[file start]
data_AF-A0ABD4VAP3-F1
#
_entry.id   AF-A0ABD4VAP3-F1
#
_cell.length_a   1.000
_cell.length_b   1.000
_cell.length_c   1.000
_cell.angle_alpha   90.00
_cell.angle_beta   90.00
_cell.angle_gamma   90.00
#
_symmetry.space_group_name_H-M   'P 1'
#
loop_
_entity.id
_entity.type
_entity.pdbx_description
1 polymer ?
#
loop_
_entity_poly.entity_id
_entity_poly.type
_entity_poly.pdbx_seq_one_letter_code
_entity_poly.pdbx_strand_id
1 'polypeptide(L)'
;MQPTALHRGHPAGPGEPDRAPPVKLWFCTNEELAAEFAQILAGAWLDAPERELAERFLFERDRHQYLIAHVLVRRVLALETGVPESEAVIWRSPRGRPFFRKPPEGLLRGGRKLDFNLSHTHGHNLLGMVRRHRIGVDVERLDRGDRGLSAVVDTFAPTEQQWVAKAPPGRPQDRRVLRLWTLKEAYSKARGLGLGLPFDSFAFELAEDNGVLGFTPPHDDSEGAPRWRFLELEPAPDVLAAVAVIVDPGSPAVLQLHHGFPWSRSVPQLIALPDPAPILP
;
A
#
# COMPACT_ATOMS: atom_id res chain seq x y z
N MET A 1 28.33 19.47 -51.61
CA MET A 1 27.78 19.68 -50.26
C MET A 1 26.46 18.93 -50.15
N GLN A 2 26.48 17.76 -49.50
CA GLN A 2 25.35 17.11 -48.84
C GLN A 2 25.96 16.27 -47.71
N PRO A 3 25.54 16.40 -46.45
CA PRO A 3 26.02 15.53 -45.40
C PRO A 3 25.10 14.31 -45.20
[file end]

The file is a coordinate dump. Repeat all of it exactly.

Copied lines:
data_AF-A0ABD4VAP3-F1
#
_entry.id   AF-A0ABD4VAP3-F1
#
_cell.length_a   1.000
_cell.length_b   1.000
_cell.length_c   1.000
_cell.angle_alpha   90.00
_cell.angle_beta   90.00
_cell.angle_gamma   90.00
#
_symmetry.space_group_name_H-M   'P 1'
#
loop_
_entity.id
_entity.type
_entity.pdbx_description
1 polymer ?
#
loop_
_entity_poly.entity_id
_entity_poly.type
_entity_poly.pdbx_seq_one_letter_code
_entity_poly.pdbx_strand_id
1 'polypeptide(L)'
;MQPTALHRGHPAGPGEPDRAPPVKLWFCTNEELAAEFAQILAGAWLDAPERELAERFLFERDRHQYLIAHVLVRRVLALETGVPESEAVIWRSPRGRPFFRKPPEGLLRGGRKLDFNLSHTHGHNLLGMVRRHRIGVDVERLDRGDRGLSAVVDTFAPTEQQWVAKAPPGRPQDRRVLRLWTLKEAYSKARGLGLGLPFDSFAFELAEDNGVLGFTPPHDDSEGAPRWRFLELEPAPDVLAAVAVIVDPGSPAVLQLHHGFPWSRSVPQLIALPDPAPILP
;
A
#
# COMPACT_ATOMS: atom_id res chain seq x y z
N MET A 1 28.33 19.47 -51.61
CA MET A 1 27.78 19.68 -50.26
C MET A 1 26.46 18.93 -50.15
N GLN A 2 26.48 17.76 -49.50
CA GLN A 2 25.35 17.11 -48.84
C GLN A 2 25.96 16.27 -47.71
N PRO A 3 25.54 16.40 -46.45
CA PRO A 3 26.02 15.53 -45.40
C PRO A 3 25.10 14.31 -45.20